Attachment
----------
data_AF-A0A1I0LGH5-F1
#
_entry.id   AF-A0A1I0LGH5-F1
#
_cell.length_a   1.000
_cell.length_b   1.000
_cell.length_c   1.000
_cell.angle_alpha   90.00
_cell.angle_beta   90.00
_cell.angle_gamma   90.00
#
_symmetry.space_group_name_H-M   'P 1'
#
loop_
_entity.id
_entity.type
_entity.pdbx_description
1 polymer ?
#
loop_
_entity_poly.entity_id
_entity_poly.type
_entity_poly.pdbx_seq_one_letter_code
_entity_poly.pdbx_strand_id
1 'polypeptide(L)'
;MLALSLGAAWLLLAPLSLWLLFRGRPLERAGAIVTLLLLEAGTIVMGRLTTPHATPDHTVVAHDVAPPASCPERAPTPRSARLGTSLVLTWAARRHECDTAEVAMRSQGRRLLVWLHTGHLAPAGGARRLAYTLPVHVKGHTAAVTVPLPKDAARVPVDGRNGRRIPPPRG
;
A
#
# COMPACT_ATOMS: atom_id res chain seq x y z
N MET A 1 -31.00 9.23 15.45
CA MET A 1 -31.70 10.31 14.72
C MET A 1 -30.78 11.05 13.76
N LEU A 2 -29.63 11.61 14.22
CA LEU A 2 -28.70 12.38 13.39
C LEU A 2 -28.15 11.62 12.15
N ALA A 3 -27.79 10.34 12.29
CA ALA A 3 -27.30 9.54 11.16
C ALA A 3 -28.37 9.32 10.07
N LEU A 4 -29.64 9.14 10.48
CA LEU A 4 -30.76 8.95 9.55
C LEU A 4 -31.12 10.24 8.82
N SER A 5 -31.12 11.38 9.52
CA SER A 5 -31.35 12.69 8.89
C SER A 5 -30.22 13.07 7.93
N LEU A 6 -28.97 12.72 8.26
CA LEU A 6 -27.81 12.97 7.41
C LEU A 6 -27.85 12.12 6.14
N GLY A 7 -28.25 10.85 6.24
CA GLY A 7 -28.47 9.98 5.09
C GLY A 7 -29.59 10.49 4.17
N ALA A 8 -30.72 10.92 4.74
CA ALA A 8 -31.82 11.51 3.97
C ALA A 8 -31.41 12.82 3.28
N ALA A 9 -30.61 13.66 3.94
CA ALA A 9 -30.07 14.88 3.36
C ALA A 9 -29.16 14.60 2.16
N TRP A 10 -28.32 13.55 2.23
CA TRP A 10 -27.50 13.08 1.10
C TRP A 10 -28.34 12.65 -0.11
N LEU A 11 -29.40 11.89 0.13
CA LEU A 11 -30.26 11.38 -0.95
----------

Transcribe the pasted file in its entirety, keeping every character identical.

data_AF-A0A1I0LGH5-F1
#
_entry.id   AF-A0A1I0LGH5-F1
#
_cell.length_a   1.000
_cell.length_b   1.000
_cell.length_c   1.000
_cell.angle_alpha   90.00
_cell.angle_beta   90.00
_cell.angle_gamma   90.00
#
_symmetry.space_group_name_H-M   'P 1'
#
loop_
_entity.id
_entity.type
_entity.pdbx_description
1 polymer ?
#
loop_
_entity_poly.entity_id
_entity_poly.type
_entity_poly.pdbx_seq_one_letter_code
_entity_poly.pdbx_strand_id
1 'polypeptide(L)'
;MLALSLGAAWLLLAPLSLWLLFRGRPLERAGAIVTLLLLEAGTIVMGRLTTPHATPDHTVVAHDVAPPASCPERAPTPRSARLGTSLVLTWAARRHECDTAEVAMRSQGRRLLVWLHTGHLAPAGGARRLAYTLPVHVKGHTAAVTVPLPKDAARVPVDGRNGRRIPPPRG
;
A
#
# COMPACT_ATOMS: atom_id res chain seq x y z
N MET A 1 -31.00 9.23 15.45
CA MET A 1 -31.70 10.31 14.72
C MET A 1 -30.78 11.05 13.76
N LEU A 2 -29.63 11.61 14.22
CA LEU A 2 -28.70 12.38 13.39
C LEU A 2 -28.15 11.62 12.15
N ALA A 3 -27.79 10.34 12.29
CA ALA A 3 -27.30 9.54 11.16
C ALA A 3 -28.37 9.32 10.07
N LEU A 4 -29.64 9.14 10.48
CA LEU A 4 -30.76 8.95 9.55
C LEU A 4 -31.12 10.24 8.82
N SER A 5 -31.12 11.38 9.52
CA SER A 5 -31.35 12.69 8.89
C SER A 5 -30.22 13.07 7.93
N LEU A 6 -28.97 12.72 8.26
CA LEU A 6 -27.81 12.97 7.41
C LEU A 6 -27.85 12.12 6.14
N GLY A 7 -28.25 10.85 6.24
CA GLY A 7 -28.47 9.98 5.09
C GLY A 7 -29.59 10.49 4.17
N ALA A 8 -30.72 10.92 4.74
CA ALA A 8 -31.82 11.51 3.97
C ALA A 8 -31.41 12.82 3.28
N ALA A 9 -30.61 13.66 3.94
CA ALA A 9 -30.07 14.88 3.36
C ALA A 9 -29.16 14.60 2.16
N TRP A 10 -28.32 13.55 2.23
CA TRP A 10 -27.50 13.08 1.10
C TRP A 10 -28.34 12.65 -0.11
N LEU A 11 -29.40 11.89 0.13
CA LEU A 11 -30.26 11.38 -0.95